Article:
The tide pools here are fun to explore, but the activity I love most at Tongue Point is simply looking out onto the Strait of Juan de Fuca.

We sit on the rocks and watch the ocean waves. It’s a perfect spot to watch the sunset.

Rocky shoreline jutting into the water at Tongue Point Marine Life Sanctuary
Tongue Point on the right is an excellent place for tide-pooling and whale watching.

5. See marine mammals and wildlife (maybe even whales!)

One year, we saw a seal pup stranded on the rocky shoreline. My instinct was to help it back into the water, but a ranger was on-site to ensure visitors did not disturb it. She speculated that it was time for this pup to learn how to swim and forage on its own.

We stayed to watch it even after she left. Of course, humans being humans, a family with energetic young boys got too close to the pup and probably scared it. 

Many campers have reported seeing whales from the numerous cliffs, trails, and viewing points at Salt Creek.

6. Hike to a small waterfall on your way to a hidden cove

We’ve never hiked the entire Striped Peak Trail. Instead, we always take the trail to the left at the fork, Cove Trail.

Aptly named, Cove Trail takes you to a cove.

Flowering red currant in bloom with hidden cove behind it at Salt Creek
Flowering red currant in bloom with Hidden Cove in the background

Before you arrive at the cove, you walk along a trail lined with large rocks covered in lush moss. Then you pass a small waterfall surrounded by ferns and other native plants.

small waterfall on rock face surrounded by ferns and moss on Cove Trail
Waterfall on Cove Trail

What’s remarkable is how quiet this hidden cove is when the campgrounds are full, and crowds gather on Crescent Beach.

We’ve had this cove all to ourselves on two occasions, and we relished our time beachcombing, taking photos, and simply sitting and enjoying the view.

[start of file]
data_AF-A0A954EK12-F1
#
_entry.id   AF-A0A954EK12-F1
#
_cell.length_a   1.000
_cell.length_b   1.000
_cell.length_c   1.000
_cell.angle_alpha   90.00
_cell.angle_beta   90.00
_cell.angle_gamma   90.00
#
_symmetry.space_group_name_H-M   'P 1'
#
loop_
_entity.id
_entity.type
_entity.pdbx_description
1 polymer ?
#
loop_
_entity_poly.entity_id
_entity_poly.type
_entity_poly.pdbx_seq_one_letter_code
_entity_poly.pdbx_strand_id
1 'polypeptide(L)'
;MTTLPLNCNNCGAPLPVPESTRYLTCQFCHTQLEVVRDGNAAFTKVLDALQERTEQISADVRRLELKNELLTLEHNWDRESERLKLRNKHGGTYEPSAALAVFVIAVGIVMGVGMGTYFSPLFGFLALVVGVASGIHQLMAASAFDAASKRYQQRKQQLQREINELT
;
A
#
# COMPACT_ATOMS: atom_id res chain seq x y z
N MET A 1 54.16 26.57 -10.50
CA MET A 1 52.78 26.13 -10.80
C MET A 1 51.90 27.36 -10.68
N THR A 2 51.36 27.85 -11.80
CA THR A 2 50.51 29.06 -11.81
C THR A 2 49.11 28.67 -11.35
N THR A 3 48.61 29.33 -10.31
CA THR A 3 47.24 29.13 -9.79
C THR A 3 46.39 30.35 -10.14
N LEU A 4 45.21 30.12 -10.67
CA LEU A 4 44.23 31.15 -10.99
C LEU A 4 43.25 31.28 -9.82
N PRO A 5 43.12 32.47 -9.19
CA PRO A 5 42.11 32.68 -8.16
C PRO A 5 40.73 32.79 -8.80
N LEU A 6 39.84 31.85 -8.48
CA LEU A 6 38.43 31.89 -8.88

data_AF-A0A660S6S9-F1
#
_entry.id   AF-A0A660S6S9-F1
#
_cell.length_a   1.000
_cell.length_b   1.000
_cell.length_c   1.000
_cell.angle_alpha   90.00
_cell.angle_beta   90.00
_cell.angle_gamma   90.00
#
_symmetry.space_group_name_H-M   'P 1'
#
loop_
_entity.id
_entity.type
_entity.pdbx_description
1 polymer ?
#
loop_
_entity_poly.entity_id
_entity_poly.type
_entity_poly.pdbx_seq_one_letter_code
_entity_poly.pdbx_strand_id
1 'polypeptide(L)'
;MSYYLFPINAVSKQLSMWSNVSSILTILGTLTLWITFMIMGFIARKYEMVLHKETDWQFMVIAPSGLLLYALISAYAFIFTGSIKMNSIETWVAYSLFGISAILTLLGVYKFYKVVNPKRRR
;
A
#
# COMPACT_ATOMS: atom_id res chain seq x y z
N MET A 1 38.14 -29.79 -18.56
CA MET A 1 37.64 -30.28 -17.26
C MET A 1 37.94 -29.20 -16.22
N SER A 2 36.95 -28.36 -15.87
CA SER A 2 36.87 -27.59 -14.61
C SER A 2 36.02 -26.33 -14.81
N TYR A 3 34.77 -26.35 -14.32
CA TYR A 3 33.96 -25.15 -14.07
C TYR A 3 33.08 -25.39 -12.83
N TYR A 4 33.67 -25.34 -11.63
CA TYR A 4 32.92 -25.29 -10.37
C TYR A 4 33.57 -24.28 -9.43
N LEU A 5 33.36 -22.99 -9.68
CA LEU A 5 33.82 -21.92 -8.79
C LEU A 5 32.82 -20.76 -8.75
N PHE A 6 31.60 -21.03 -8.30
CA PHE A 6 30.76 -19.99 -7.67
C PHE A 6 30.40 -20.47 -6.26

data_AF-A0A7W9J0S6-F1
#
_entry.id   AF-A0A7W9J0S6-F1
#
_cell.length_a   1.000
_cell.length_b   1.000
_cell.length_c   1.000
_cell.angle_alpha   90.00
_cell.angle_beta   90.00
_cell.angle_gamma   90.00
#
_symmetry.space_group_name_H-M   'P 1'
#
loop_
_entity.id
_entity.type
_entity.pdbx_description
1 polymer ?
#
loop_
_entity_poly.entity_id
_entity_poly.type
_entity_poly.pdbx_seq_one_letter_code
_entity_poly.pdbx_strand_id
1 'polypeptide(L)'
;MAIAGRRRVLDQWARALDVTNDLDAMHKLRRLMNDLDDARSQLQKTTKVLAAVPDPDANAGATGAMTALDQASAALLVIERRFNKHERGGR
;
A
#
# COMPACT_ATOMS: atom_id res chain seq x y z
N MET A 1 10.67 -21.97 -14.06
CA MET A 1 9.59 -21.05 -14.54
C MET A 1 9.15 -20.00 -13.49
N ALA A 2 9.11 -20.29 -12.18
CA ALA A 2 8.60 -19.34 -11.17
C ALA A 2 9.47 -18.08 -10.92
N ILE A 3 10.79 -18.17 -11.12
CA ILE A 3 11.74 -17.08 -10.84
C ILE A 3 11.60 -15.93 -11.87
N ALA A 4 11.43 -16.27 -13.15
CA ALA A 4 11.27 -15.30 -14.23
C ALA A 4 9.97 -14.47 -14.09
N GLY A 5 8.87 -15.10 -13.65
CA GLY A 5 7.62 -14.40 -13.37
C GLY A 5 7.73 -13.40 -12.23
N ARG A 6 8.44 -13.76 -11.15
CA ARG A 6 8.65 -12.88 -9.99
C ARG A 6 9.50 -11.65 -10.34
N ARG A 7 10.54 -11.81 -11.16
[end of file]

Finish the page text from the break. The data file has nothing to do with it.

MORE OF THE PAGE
7. Hike Striped Peak Trail

The trail’s mileage and elevation gain depends on how you hike it and which resource you use for guidance.

Hike it as an out-and-back trail (using AllTrails) or a loop trail (using Washington Trails Association). You’ll hike 5 – 7.5 miles with approximately 1000 – 1200 ft of elevation gain.

I recommend trekking poles, especially during the rainy seasons when the trail gets slick and muddy. You may encounter downed trees that you can step over.

Enjoy views of Vancouver Island, the Strait of Juan de Fuca, and the Olympic Mountains along the trail on a clear day.

8. Explore Salt Creek tide pools and marine life

We’ve been coming here for about a decade, and our tide pooling experiences here have always been incredible.

You’ll see rock faces covered with barnacles, bright green sea anemones, tons and tons of mussels, and sea stars.

anemones and barnacles in Salt Creek tide pools
Salt Creek tide pools

9. Explore WWII bunkers

Camp Hayden was established in 1941 and abandoned by the U.S. Army only seven years later.

The landscape has taken over the old bunkers here, adding to their interestingness.

Old WWII Camp Hayden bunker taken over by the surrounding landscape
Photo credit Catie Juday

There’s even a bunker that you can drive through.

10. Kayak or SUP

We’ve camped here in early spring, the height of summer, and late fall in varying weather.